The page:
So when we look at the story of the early Church, we see John and James as central disciples, Peter and Andrew as other key disciples who are closely connected with James and John. These are networks that were existing that were opened up to the gospel. In the same way, when Jesus asks “Who are my mother, sister and brothers?” when his mother and sister and brothers are outside looking for him, we are talking about a situation where there is division within his own household. And the order of disciples that he is building around him is one where his aunt is involved, his mother is involved, at least a couple of his brothers come to be involved, and we see various of his cousins and second cousins—this is a family network. And there is a division: Christ has brought a sword into this family network, dividing different parties from each other. As Christ talks about more generally, this division between parties is something that is seen within his own ministry, within his own family.

As we look at this, then, I think we should be very wary of pitting the church as a sort of different sort of family that is opposed to the natural family or a replacement or something that displaces the natural family. Rather, the natural family continues to be our primary context of life, our primary context of discipleship, but it is to be opened out to a broader, extended family. And that extended family is significant.

We need to recognise the order of the extended family to understand, for instance, some of the relationships that are taking place. So when we talk about brother-sister relationships within the church, we are talking about the sort of relationships that existed between groups of cousins. Within the world of Jesus’ day, cousins (and people within the extended family) would often be part of a broader family business. And the guys would be working alongside each other and the women would be working alongside each other. And there would be very much an order where they would be closely related—working towards the same ends—but that order of the family would not be the sentimental order, where we are just spending ‘quality time’ together, which is what we tend to think of when we think about the modern nuclear family.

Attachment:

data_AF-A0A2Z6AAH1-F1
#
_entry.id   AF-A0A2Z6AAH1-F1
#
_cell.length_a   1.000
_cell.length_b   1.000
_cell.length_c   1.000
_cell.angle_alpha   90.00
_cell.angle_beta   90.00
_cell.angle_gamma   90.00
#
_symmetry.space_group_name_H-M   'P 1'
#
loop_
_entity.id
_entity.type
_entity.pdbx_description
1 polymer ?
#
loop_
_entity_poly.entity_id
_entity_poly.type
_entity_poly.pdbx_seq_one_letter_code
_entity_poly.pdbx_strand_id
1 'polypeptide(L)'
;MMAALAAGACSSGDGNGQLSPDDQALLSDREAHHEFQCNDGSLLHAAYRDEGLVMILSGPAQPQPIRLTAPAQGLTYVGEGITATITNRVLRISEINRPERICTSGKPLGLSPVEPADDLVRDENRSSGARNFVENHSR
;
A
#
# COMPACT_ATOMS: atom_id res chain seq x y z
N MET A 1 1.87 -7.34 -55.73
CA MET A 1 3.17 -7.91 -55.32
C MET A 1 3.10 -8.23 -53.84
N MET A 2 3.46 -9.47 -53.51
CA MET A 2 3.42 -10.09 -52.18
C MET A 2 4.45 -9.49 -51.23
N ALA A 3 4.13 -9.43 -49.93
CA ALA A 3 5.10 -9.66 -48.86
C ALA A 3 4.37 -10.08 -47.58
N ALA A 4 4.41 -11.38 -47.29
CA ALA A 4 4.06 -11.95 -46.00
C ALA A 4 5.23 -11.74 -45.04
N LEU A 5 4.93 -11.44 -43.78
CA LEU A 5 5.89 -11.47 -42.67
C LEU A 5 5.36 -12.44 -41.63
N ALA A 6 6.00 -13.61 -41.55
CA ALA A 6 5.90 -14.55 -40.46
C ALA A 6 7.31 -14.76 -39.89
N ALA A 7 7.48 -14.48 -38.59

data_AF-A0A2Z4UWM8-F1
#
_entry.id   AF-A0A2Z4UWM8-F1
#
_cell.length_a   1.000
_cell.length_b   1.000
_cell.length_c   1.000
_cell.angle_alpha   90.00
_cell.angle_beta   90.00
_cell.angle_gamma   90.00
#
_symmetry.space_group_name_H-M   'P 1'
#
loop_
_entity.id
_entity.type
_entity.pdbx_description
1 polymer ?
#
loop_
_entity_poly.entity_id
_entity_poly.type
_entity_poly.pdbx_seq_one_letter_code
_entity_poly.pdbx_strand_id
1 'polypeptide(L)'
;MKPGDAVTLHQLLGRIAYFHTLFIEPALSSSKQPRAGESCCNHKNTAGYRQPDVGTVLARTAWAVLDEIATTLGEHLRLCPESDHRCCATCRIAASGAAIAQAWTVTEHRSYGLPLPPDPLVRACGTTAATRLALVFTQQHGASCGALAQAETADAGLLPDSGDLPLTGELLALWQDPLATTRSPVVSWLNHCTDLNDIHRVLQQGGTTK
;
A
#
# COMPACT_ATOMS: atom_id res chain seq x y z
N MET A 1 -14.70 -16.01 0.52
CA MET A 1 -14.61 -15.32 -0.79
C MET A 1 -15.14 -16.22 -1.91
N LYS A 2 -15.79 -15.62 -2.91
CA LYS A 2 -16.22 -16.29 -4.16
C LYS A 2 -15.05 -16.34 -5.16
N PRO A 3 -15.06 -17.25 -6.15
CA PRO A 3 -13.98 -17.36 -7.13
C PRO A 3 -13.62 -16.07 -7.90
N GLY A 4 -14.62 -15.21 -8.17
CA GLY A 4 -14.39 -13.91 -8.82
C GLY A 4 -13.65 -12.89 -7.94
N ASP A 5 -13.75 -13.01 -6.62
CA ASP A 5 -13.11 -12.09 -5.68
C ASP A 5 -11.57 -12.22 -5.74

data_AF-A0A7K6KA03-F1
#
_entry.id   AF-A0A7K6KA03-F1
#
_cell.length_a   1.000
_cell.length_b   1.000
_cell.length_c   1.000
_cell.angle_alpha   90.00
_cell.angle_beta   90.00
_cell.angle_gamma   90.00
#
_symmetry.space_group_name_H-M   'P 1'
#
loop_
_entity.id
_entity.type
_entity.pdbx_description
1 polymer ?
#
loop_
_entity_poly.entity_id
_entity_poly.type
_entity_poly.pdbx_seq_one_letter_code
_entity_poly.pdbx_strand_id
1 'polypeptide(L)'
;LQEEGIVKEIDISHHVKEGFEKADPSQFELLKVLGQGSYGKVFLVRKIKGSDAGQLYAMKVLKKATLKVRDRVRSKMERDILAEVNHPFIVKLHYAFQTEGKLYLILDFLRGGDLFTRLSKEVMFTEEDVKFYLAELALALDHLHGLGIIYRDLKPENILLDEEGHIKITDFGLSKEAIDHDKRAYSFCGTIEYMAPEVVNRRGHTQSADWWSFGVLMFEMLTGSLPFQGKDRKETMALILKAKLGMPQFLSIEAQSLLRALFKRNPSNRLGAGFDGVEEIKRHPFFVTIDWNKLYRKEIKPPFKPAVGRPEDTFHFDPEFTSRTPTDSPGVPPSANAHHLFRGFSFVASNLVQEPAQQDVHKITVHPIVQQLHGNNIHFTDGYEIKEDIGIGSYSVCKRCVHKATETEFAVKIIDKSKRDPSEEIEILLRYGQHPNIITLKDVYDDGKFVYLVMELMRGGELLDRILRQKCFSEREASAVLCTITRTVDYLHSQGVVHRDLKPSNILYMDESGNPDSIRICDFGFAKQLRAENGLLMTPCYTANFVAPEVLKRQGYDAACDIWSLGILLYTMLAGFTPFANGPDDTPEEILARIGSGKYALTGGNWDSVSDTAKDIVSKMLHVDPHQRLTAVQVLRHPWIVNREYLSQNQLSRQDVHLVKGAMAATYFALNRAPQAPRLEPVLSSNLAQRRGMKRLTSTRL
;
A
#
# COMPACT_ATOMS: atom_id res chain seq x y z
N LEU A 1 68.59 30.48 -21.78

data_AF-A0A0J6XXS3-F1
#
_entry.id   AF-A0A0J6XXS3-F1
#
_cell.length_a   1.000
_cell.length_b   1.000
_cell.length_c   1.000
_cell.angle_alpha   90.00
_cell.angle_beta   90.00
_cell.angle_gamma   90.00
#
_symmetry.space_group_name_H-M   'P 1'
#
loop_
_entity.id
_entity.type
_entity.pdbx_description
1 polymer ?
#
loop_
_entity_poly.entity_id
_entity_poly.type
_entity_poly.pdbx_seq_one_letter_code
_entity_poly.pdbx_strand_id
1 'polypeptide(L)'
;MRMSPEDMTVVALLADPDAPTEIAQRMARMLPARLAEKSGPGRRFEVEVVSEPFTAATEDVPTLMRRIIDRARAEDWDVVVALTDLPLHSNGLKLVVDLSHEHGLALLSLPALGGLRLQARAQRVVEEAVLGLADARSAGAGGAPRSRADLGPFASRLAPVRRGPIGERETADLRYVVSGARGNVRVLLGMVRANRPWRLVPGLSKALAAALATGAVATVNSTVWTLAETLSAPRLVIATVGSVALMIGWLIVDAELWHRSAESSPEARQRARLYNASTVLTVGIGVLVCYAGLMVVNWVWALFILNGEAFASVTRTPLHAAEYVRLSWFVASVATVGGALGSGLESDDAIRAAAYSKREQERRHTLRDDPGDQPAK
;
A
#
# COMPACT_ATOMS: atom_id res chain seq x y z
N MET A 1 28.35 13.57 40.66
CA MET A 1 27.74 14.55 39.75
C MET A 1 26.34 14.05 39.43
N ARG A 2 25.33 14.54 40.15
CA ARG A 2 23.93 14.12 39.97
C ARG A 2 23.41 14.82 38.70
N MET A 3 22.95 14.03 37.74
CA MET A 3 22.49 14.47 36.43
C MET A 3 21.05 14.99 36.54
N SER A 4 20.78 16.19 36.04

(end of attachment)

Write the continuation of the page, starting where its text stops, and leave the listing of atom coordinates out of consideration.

And so again, we need to be very careful about the way that we apply these concepts and the way that we just recognise that within the ancient world, or within the early church, there was a family order that grounded the life of the church more generally. The church tended to meet in houses, in homes. And it was an order that was built around networks of family relationships and built up out of those; it was not just something to displace the family order.

However, it did bring a sword into the family order: it called for the family order to die and rise again, to become something new, to be reordered towards a greater end. And there is a sort of unplugging and re-plugging—you are taken out of it and then related to it in a new way. You no longer relate to it in the same sense that you once did. Rather than being the primary context of identity and calling, the natural family is now opened up to something greater—towards something that is ordered towards the Kingdom of Heaven.